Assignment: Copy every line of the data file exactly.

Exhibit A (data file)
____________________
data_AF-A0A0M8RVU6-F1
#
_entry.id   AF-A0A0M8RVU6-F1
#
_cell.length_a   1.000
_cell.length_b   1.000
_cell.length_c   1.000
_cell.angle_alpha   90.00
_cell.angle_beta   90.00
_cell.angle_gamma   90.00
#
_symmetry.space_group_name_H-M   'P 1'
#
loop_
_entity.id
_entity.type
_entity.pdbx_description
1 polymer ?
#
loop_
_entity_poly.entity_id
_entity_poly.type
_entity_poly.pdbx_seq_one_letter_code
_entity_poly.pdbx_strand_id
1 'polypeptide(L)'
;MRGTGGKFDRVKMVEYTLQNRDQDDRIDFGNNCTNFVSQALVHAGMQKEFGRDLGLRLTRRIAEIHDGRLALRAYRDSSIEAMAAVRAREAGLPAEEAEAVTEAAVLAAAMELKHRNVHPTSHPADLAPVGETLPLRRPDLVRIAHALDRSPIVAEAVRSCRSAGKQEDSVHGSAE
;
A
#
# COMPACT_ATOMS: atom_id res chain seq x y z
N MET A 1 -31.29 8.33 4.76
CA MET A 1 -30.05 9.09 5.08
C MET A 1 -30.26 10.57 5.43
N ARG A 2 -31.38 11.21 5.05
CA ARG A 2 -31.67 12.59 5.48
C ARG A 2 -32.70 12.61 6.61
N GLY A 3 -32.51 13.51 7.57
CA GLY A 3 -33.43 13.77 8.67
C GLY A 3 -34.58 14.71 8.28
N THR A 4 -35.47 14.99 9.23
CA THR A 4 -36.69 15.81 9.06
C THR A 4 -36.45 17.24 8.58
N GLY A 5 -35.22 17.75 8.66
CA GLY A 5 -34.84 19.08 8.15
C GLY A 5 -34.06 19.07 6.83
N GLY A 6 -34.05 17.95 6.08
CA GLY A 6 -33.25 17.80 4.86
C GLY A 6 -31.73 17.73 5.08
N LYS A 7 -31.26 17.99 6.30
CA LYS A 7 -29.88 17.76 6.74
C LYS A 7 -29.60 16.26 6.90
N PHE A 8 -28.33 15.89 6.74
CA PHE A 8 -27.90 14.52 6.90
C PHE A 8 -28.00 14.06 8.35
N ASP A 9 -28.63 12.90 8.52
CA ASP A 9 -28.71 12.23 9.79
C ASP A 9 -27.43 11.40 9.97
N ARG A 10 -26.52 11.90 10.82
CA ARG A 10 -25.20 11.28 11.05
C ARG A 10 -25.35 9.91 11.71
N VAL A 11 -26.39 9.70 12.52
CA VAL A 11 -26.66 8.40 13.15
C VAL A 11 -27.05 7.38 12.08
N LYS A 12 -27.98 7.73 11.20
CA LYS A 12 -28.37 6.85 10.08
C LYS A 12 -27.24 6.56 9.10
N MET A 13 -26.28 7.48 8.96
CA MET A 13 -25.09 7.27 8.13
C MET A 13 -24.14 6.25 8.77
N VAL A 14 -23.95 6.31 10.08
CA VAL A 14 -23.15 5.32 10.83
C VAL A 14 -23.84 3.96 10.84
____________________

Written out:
data_AF-A0A0M8RVU6-F1
#
_entry.id   AF-A0A0M8RVU6-F1
#
_cell.length_a   1.000
_cell.length_b   1.000
_cell.length_c   1.000
_cell.angle_alpha   90.00
_cell.angle_beta   90.00
_cell.angle_gamma   90.00
#
_symmetry.space_group_name_H-M   'P 1'
#
loop_
_entity.id
_entity.type
_entity.pdbx_description
1 polymer ?
#
loop_
_entity_poly.entity_id
_entity_poly.type
_entity_poly.pdbx_seq_one_letter_code
_entity_poly.pdbx_strand_id
1 'polypeptide(L)'
;MRGTGGKFDRVKMVEYTLQNRDQDDRIDFGNNCTNFVSQALVHAGMQKEFGRDLGLRLTRRIAEIHDGRLALRAYRDSSIEAMAAVRAREAGLPAEEAEAVTEAAVLAAAMELKHRNVHPTSHPADLAPVGETLPLRRPDLVRIAHALDRSPIVAEAVRSCRSAGKQEDSVHGSAE
;
A
#
# COMPACT_ATOMS: atom_id res chain seq x y z
N MET A 1 -31.29 8.33 4.76
CA MET A 1 -30.05 9.09 5.08
C MET A 1 -30.26 10.57 5.43
N ARG A 2 -31.38 11.21 5.05
CA ARG A 2 -31.67 12.59 5.48
C ARG A 2 -32.70 12.61 6.61
N GLY A 3 -32.51 13.51 7.57
CA GLY A 3 -33.43 13.77 8.67
C GLY A 3 -34.58 14.71 8.28
N THR A 4 -35.47 14.99 9.23
CA THR A 4 -36.69 15.81 9.06
C THR A 4 -36.45 17.24 8.58
N GLY A 5 -35.22 17.75 8.66
CA GLY A 5 -34.84 19.08 8.15
C GLY A 5 -34.06 19.07 6.83
N GLY A 6 -34.05 17.95 6.08
CA GLY A 6 -33.25 17.80 4.86
C GLY A 6 -31.73 17.73 5.08
N LYS A 7 -31.26 17.99 6.30
CA LYS A 7 -29.88 17.76 6.74
C LYS A 7 -29.60 16.26 6.90
N PHE A 8 -28.33 15.89 6.74
CA PHE A 8 -27.90 14.52 6.90
C PHE A 8 -28.00 14.06 8.35
N ASP A 9 -28.63 12.90 8.52
CA ASP A 9 -28.71 12.23 9.79
C ASP A 9 -27.43 11.40 9.97
N ARG A 10 -26.52 11.90 10.82
CA ARG A 10 -25.20 11.28 11.05
C ARG A 10 -25.35 9.91 11.71
N VAL A 11 -26.39 9.70 12.52
CA VAL A 11 -26.66 8.40 13.15
C VAL A 11 -27.05 7.38 12.08
N LYS A 12 -27.98 7.73 11.20
CA LYS A 12 -28.37 6.85 10.08
C LYS A 12 -27.24 6.56 9.10
N MET A 13 -26.28 7.48 8.96
CA MET A 13 -25.09 7.27 8.13
C MET A 13 -24.14 6.25 8.77
N VAL A 14 -23.95 6.31 10.08
CA VAL A 14 -23.15 5.32 10.83
C VAL A 14 -23.84 3.96 10.84